Pilot Randomized Trial of a Perspective-Taking Intervention to Enhance Emotional Support for Families of Critically Ill Patients
This Kornfeld Scholars application is a pilot randomized trial of an intervention designed to enhance emotional support and reduce racial disparities in emotional support for families of critically ill patients.
Families of critically ill patients often experience distressing emotions, which can negatively impact their psychological health and ability to make decisions for their loved ones. Critical care guidelines recommend that
clinicians provide not only medical information to families but also emotional support. When clinicians provide emotional support, families report less psychological distress, greater satisfaction with care, and higher-quality
surrogate decision making. Despite this, families often receive little emotional support. Black families receive even less emotional support than White families.
Working with stakeholders, we designed a multicomponent intervention that is rooted in a conceptual model of clinician empathy and incorporates effective, complementary improvement strategies. The intervention promotes perspective taking, in which one actively considers another person's thoughts, feelings, and expectations. Perspective taking is an evidence-based approach to increase the human connectedness that facilitates empathy and reduces racial biases, but interventions promoting it have not been tested in ICUs. In Aim 1, we will assess the feasibility of implementing the intervention and collecting data. In Aim 2, we will assess differential experiences with the intervention and residual unmet emotional support needs between Black and White families.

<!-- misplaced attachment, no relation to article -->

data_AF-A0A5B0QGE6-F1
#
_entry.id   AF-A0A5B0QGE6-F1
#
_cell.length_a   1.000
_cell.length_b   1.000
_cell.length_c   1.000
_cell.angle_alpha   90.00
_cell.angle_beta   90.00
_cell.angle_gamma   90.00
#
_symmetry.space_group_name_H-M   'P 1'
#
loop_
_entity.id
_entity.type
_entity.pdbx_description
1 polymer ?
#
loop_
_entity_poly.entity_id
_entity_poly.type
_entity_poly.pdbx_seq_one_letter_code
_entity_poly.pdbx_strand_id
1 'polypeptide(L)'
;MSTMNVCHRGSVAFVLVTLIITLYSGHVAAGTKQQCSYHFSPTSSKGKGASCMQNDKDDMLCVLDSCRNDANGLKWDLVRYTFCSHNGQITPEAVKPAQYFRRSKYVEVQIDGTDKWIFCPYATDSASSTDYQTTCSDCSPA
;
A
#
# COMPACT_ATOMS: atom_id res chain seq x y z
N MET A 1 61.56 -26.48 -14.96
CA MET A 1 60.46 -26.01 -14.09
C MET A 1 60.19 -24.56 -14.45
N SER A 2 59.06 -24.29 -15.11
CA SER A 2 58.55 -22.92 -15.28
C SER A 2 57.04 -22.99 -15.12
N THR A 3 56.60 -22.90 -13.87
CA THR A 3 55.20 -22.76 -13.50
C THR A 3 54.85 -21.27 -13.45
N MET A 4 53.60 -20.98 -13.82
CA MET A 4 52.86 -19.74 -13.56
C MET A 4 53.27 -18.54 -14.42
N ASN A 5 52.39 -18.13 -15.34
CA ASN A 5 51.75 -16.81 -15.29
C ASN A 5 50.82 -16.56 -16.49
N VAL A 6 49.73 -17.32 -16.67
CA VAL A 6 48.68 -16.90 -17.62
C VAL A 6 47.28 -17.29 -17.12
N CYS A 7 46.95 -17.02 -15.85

To achieve these aims, experienced mentors will guide me and I will train in: pilot trials, racial disparities research, and qualitative methods. The research and training activities will help prepare me for a career as an independent palliative care researcher focused on studying communication, family emotional distress, and equitable emotional support. Rich research environments at Cedars-Sinai and the UCLA CTSI will facilitate research and training activities. Building on this award, I will seek a K23 to conduct a fully-powered efficacy trial of the refined intervention.
Matthew Modes, MD, MPP, MS is an Assistant Professor in the Division of Pulmonary and Critical Care Medicine at Cedars-Sinai Medical Center. Dr. Modes received his medical degree and public policy degree from the University of Michigan. He completed his internal medicine residency at the University of Chicago and pulmonary and critical care medicine fellowship at the University of Washington. At the University of Washington, he completed three years of T32-funded palliative care research training at the UW Cambia Palliative Care Center for Excellence. He received his MS in epidemiology at the University of Washington. His research focuses on enhancing equitable emotional support for families of critically ill patients.